OK, Boomer… what’s your plan?
‘Aging Matters’ By Carol Marak
In a recent Forbes article, Howard Gleckman says, “As 2020 dawns, the U.S. is about to reach a critical, historic tipping point in its need to care for frail older adults. And we are tragically unprepared.”
In 2025, the first phase of the wave — the 75-plus-million Baby Boomer generation will reach 80. And that’s the time people will become more frail and unable to do for themselves. They will face higher risks and have bigger needs for long-term care support and services.
In 2030, that’s when the early Boomers (millions more) will reach 80 plus. They will become more frail and have big needs for support and services.
And by the end of the new decade, millions of those early Boomers will reach 85, when their care needs increase even more.
In Gleckman’s Forbes article, he references a 2019 Urban Institute study, which confirms the hair-raising data: “Our results show that 70% of adults who survive to age 65 develop severe LTSS (long-term supports and services) needs before they die and 48% receive some paid care over their lifetime. Many older people with severe LTSS needs rely exclusively on family and unpaid caregivers, and most paid care episodes are relatively short. Only 24% of older adults receive more than 2 years of paid LTSS care, and only 15% spend more than 2 years in a nursing home. However, the lifetime risk of receiving paid care is not evenly distributed across the population.
Lengthy spells of severe LTSS needs and paid care are much more common among older adults with few financial resources than their wealthier counterparts.”
The United States Congress Joint Economic Committee calls “this wave,” and analyses, confirm that older Americans in the future are unlikely to have the level of support from caregivers that they enjoyed in the past.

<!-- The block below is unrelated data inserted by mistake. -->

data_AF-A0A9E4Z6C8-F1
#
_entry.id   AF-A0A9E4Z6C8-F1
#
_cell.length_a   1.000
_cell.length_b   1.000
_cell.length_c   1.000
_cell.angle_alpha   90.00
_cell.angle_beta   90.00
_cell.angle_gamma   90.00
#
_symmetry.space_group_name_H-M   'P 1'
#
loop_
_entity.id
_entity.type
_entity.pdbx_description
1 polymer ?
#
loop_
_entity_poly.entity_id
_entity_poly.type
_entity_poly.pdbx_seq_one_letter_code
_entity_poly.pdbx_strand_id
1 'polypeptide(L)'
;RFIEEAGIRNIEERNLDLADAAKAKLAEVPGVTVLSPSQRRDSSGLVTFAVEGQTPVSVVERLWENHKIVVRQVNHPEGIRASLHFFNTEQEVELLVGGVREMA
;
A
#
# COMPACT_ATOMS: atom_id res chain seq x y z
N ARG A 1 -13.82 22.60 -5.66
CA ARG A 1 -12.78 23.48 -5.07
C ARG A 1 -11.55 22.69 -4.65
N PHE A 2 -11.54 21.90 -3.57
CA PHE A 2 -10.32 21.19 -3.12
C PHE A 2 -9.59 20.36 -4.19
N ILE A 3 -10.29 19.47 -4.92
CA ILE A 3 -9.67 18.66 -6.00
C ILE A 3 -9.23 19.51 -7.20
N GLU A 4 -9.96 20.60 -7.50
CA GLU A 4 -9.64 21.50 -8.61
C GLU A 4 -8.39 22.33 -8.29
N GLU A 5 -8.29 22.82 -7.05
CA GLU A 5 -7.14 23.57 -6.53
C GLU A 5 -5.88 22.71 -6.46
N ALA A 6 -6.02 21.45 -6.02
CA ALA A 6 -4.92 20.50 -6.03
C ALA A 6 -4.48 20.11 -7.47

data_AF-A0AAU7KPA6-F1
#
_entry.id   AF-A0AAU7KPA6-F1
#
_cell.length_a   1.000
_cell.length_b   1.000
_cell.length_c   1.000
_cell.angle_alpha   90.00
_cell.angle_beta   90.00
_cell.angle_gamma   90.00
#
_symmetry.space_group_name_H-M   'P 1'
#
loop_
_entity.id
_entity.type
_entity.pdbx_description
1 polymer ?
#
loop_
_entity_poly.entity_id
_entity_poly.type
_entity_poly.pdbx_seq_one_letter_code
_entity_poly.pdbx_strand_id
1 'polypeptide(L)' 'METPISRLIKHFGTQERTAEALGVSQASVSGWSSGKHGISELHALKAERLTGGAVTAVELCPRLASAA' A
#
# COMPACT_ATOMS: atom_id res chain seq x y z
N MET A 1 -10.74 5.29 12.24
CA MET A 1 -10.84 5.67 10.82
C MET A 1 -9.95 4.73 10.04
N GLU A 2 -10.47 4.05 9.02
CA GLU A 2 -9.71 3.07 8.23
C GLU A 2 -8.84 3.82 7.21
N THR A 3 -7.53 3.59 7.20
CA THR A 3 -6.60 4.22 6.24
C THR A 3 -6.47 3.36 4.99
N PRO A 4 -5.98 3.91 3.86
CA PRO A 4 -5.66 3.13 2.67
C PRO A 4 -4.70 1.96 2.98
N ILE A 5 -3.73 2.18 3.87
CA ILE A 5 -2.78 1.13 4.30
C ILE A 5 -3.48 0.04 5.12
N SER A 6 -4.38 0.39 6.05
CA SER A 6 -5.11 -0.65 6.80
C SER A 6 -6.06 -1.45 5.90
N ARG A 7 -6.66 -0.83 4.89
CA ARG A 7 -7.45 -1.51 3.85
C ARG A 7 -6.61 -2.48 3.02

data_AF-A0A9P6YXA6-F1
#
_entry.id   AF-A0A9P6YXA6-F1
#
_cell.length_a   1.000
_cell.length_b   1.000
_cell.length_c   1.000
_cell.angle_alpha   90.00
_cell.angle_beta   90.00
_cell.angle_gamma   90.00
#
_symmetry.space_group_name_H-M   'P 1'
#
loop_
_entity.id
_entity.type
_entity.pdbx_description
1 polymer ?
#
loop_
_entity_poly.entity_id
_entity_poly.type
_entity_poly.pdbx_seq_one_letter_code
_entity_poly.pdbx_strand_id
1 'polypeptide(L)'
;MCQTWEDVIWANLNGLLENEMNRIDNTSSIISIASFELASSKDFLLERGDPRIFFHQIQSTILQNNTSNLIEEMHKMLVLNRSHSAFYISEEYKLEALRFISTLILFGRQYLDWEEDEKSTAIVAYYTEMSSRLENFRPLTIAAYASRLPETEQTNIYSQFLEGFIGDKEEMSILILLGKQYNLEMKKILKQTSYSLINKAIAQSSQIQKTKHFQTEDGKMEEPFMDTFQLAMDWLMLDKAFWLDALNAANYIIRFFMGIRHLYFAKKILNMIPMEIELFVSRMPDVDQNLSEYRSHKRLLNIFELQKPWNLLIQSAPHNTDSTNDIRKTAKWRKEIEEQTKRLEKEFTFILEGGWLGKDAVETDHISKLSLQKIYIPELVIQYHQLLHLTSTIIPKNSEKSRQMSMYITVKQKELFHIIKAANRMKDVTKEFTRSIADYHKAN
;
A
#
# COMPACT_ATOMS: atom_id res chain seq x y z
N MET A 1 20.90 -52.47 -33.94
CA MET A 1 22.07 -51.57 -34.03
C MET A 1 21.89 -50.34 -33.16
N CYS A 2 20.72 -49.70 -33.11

The share of retiring adults who are living with a spouse or cohabiting with a partner has fallen from about 75 percent to 69 percent, reflecting declining marriage rates and higher divorce rates, which more than offset falling widowhood, rising cohabitation, and growing life expectancy. Retiring adults today are also less likely to have children who can take care of them. In 1994, two-thirds (68 percent) of retiring adults lived within ten miles of an adult child. That share fell to 55 percent in 2014. In large part, this decline reflects falling fertility.
The right axis of the figure indicates that the average number of children ever born to retiring adults fell from 3.1 in 1994 to 2.1 in 2014.
Being the eternal optimist, there is a way out for each of us and it doesn’t require the government or the taxpayers to pick up the tab. But it requires action. NOW.
After caring for my parents ten years ago, it occurred to me, “Who will do all that for me?”
Like many older Americans, close to 31 percent — live without nearby family caregivers or unpaid help. For me, I have no children at all.
Plus, I’m unmarried.
It’s me, myself, and I.
I needed a plan because I saw what the elderly years did to my parents. It wasn’t a pretty picture. And I knew from my family genetics, barring freak accidents, I will live to a very old age.
So, I started to research and created a plan to address the top concerns:
• Transportation — Whether it’s medical appointments, shopping, running errands or emergencies, you need a plan for how you are going to get where you need to go
• Daily Living Tasks — Bathing, grooming, housekeeping, and meal preparations are just some things that most people take for granted until they can’t do it themselves
• Mobility — As you get older, like it or not, you will eventually need assistance with mobility and transferring from one location to another
• Medication Reminders — Most older Americans take one or more daily medications, and as memory becomes more unreliable, you will need assistance with precription drugs reminders
• Financial — Many are planning for retirement but many are not, and even well-laid plans can go awry, so plan for needing at least some assistance with paying bills and the legal issues that arise as you age Carol Marak, aging advocate and editor at Seniorcare. com. She’s earned a Certificate in the Fundamentals of Gerontology from UC Davis, School of Gerontology.